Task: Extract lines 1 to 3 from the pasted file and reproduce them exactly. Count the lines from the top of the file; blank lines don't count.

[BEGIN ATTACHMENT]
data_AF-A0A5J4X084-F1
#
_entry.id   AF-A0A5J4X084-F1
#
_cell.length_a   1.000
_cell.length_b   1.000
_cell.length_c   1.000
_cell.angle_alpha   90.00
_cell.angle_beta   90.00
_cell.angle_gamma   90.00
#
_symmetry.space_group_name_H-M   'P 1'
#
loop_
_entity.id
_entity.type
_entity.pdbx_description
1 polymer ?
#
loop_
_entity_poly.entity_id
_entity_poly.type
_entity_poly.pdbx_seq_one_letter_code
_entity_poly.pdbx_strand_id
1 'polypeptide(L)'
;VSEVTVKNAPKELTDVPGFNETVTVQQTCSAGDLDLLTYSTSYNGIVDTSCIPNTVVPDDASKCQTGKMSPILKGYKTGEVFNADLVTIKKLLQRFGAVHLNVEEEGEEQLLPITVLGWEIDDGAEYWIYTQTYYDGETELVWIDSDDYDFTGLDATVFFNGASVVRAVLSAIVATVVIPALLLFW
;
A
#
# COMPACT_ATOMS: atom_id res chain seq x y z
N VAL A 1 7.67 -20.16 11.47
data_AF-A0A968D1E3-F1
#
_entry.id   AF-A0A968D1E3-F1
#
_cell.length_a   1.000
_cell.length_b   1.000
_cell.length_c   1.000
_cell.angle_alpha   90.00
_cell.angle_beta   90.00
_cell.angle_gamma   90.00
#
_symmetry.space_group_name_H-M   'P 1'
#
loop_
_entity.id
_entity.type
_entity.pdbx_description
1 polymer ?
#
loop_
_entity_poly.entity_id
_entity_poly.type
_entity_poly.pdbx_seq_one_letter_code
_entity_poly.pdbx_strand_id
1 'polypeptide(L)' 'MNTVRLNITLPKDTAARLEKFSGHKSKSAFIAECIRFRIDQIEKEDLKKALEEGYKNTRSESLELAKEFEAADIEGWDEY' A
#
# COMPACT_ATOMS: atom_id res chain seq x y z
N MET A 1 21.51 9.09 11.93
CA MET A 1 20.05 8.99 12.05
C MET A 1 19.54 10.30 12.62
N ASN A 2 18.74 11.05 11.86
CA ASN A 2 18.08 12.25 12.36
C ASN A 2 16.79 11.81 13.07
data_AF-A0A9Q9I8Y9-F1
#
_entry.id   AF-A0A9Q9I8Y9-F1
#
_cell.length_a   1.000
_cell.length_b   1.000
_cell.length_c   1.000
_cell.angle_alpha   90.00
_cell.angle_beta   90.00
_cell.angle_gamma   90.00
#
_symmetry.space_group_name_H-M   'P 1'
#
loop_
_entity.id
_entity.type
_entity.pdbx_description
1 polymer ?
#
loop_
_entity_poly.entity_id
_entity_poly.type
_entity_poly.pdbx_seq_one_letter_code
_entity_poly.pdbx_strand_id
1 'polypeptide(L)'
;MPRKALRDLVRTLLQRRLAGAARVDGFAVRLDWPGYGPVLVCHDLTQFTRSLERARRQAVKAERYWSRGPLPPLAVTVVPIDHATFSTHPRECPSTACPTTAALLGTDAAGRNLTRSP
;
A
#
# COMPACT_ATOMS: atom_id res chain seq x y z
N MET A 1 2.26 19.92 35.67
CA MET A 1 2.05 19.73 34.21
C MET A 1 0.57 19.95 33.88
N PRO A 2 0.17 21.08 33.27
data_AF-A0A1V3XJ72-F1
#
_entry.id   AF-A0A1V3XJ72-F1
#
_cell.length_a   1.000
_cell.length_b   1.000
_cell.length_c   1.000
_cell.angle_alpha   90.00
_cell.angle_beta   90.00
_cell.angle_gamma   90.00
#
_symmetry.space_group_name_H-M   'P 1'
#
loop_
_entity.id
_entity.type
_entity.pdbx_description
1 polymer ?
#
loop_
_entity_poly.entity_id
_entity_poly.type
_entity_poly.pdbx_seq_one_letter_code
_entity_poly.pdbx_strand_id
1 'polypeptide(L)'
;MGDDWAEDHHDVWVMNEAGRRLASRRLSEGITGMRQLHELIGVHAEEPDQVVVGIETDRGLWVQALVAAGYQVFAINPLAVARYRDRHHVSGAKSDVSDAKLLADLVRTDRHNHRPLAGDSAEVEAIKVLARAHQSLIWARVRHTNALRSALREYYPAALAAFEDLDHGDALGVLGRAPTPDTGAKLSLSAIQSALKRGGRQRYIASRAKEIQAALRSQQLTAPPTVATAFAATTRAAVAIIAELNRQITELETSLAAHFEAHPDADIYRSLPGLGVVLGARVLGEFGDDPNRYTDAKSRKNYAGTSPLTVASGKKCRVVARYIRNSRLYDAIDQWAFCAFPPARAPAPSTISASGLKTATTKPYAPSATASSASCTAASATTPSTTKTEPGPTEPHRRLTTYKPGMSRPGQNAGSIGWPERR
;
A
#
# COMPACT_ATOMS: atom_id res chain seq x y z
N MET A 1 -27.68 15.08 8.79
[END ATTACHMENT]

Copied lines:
data_AF-A0A5J4X084-F1
#
_entry.id   AF-A0A5J4X084-F1